5 best Shortstops in baseball.
The shortstop position is one that has switched leagues in terms of strength. Nomar Garciaparra declined through numerous injuries and of course moved to the DL on an NL team, taking away what was a great SS from the American League. Miguel Tejada was traded to the NL and in return the Orioles acquired the bat of Luke Scott and ridded of Tejada as he was not needed in Baltimore (rebuilding). Of course Alex Rodriguez shifted positions, even though he shouldn’t have for the good of the team, but nevertheless is no longer ****. Derek Jeter is still one of the best, but the NL is now where it’s at, in terms of the SS. Hanley Ramirez was nearly an AL stud as well, but was moved to Florida for Josh Beckett. Now Ramirez is tearing the cover off of the ball, and apparently tearing a hole in his glove. He along with a few others have helped the NL become the premier place for the “6.”
When ranking the five best at the position of SS, or any position for that matter, I will take into account what is happening right now, but will put a lot of stock into what has happened in the past too. Using Jeter as an example: He isn’t what he once was, but he is still good. I know that he is a better hitter than he has displayed this season, but he is also not what he was in 99′ either. I must keep all of this in mind, because Christian Guzman is not making this list, even though he somehow leads all Shortstops in “Win Shares.” And the five best SS in baseball are…
- Hanley Ramirez: I know, I know, he doesn’t know how to use a glove, nor does he know how to manipulate John Dewan’s “Plus/Minus” system. But the kid can hit. Can ABSOLUTELY hit, with the best at any position. His OPS+ his rookie season of 116 was only 2% lower than Jimmy Rollins’ career year last year (118). I’ve heard much about Ramirez maybe needing a position switch sometime in his career, but right now his bat makes up for his lack of glove. Current OPS+ of 145 duplicates what is was at the end of last season.
- Derek Jeter: It is time for a position change for him. But the thing about Jeter is that there may be no one in baseball who I would trust to come through in a meaningful situation. I know his slugging is terrible right now, close to 100 percentage points below his career average, but I have a hard time believing that this will continue. I know that Jimmy Rollins is coming off an “MVP” season, and I know that Jose Reyes would be a better option for the future. But Jeter’s OPS+ last season was better than Rollins’ best year, and was better than Reyes’ best also. I just have a hard time placing those guys in front of Jeter right now, even with his terrible up-the-middle range.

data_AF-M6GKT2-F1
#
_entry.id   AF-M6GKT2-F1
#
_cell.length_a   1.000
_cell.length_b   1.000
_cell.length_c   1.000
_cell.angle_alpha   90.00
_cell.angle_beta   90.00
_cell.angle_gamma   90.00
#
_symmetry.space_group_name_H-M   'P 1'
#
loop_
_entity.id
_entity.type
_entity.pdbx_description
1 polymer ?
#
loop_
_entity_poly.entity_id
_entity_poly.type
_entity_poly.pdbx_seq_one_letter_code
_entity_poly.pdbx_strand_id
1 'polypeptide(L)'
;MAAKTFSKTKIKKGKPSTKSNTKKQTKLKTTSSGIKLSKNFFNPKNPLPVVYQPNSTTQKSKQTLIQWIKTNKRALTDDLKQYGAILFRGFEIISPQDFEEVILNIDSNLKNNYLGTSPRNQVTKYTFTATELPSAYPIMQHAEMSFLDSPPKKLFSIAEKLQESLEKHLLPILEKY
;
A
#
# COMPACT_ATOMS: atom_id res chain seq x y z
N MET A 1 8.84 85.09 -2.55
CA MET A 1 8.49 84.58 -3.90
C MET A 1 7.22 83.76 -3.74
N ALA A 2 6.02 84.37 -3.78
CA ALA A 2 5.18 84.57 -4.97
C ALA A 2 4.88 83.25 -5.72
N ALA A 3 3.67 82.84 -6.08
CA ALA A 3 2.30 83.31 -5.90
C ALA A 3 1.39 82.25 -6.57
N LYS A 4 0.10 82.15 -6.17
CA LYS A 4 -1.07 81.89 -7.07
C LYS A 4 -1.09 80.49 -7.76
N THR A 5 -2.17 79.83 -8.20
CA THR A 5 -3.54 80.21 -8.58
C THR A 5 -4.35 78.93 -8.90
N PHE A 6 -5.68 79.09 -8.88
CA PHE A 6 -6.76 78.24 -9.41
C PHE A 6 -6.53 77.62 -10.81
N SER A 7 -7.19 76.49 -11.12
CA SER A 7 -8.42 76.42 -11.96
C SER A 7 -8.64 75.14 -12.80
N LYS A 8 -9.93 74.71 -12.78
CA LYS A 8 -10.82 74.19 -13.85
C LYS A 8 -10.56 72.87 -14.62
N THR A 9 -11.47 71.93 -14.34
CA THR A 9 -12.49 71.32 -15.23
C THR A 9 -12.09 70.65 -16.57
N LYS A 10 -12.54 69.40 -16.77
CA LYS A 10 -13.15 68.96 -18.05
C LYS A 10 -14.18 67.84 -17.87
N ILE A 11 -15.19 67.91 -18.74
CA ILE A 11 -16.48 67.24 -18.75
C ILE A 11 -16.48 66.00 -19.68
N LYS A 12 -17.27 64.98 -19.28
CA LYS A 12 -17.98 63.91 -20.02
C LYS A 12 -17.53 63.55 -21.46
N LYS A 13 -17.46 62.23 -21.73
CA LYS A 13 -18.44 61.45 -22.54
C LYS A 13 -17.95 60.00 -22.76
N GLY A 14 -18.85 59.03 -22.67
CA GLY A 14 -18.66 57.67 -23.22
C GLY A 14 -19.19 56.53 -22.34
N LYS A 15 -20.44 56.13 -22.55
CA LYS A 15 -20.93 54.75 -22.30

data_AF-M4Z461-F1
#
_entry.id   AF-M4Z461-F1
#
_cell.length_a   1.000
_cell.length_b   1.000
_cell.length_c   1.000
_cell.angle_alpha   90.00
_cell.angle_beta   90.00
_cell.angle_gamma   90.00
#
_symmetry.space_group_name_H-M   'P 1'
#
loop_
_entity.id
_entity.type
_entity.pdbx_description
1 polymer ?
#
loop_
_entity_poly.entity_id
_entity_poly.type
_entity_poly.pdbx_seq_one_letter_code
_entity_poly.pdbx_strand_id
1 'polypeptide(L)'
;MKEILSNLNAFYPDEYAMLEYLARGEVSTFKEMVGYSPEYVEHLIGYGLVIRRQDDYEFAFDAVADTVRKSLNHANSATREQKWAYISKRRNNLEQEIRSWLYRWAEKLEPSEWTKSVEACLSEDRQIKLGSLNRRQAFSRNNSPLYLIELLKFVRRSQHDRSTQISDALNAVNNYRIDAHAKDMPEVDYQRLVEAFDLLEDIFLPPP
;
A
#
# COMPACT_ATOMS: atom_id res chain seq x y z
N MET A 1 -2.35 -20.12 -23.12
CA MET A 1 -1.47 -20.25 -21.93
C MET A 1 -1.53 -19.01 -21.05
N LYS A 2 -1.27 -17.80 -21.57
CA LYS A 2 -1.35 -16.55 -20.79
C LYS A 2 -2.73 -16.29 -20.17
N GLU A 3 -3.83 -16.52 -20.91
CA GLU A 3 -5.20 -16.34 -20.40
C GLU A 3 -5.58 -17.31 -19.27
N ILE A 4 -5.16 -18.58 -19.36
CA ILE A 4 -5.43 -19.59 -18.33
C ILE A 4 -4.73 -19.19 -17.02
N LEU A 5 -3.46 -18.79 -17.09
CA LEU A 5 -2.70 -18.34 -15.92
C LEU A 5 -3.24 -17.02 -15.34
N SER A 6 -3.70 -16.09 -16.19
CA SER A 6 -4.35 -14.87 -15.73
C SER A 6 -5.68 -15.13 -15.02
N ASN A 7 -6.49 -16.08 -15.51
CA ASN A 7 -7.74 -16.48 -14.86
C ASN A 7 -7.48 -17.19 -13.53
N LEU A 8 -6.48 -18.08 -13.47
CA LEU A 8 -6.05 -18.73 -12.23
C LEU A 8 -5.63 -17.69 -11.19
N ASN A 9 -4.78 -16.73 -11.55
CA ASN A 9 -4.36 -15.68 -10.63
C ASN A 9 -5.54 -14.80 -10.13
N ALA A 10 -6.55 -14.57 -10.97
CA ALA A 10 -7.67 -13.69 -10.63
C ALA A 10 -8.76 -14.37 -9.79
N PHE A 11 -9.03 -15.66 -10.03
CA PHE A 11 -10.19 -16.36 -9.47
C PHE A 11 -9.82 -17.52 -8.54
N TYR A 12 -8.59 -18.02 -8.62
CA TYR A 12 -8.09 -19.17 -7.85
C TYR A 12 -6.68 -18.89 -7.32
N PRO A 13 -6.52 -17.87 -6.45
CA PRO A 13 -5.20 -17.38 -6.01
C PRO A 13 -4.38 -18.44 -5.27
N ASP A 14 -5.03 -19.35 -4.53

- Jose Reyes: The potential is limitless. But he seems to be lacking something. Good enough with the glove, and has tons of power, but maybe mentally is just not quite there. I wouldn’t know for sure, as most of what I know of this is secondhand. But he has a lot of power for ****, and gets on base enough, but maybe not ENOUGH for how good he is supposed to be. There will be more from him, and eventually he may be number one on this list, but for now this is accurate I would think.
- Jimmy Rollins: Personally, I think Rollins is good, but I think that last year was kind of a fluke year. He will be among the best SS’s, but I don’t think that he will be in any serious MVP discussions again. He knows how to field the position, and can hit fairly well too, but last year he hit better than ever. I just cannot put him any higher than this.
- Miguel Tejada: Tejada is still hitting. He may not be the Tejada of the past, but he is still pretty good, offensively of course. I honestly don’t even know that Tejada would be on the list if I did it later in the year, as the others featured here most likely would. And I don’t know that Tejada should even be at SS at this point. But not every team has a replacement at the position, so there are always going to be bad defensive players at each position, in relation to the rest of the league. He is still producing though. OPS+ 113. His career OPS+ is 114, so he hasn’t lost much with the bat, although has lost some if this season is compared strictly to his prime years.